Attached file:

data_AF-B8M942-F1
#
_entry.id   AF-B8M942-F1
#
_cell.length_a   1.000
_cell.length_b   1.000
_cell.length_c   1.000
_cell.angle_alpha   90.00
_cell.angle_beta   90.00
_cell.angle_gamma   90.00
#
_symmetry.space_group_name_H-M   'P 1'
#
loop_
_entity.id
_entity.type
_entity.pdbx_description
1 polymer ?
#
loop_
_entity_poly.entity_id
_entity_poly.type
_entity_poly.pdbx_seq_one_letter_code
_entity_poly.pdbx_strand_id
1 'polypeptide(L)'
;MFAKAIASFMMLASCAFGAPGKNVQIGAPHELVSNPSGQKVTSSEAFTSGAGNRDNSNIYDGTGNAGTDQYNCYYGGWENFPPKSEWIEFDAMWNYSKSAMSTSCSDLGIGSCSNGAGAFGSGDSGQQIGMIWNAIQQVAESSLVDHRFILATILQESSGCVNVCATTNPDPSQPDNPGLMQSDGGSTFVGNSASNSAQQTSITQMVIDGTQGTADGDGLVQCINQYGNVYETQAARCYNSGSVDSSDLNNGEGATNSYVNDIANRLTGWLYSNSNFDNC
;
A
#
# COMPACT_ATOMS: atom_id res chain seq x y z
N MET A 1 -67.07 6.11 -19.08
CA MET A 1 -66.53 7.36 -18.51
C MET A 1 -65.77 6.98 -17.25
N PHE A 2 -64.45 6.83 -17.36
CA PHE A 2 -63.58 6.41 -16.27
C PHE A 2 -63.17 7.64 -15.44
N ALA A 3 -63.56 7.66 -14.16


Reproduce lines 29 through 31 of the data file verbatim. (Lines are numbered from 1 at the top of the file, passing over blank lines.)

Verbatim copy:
#
# COMPACT_ATOMS: atom_id res chain seq x y z
N MET A 1 -67.07 6.11 -19.08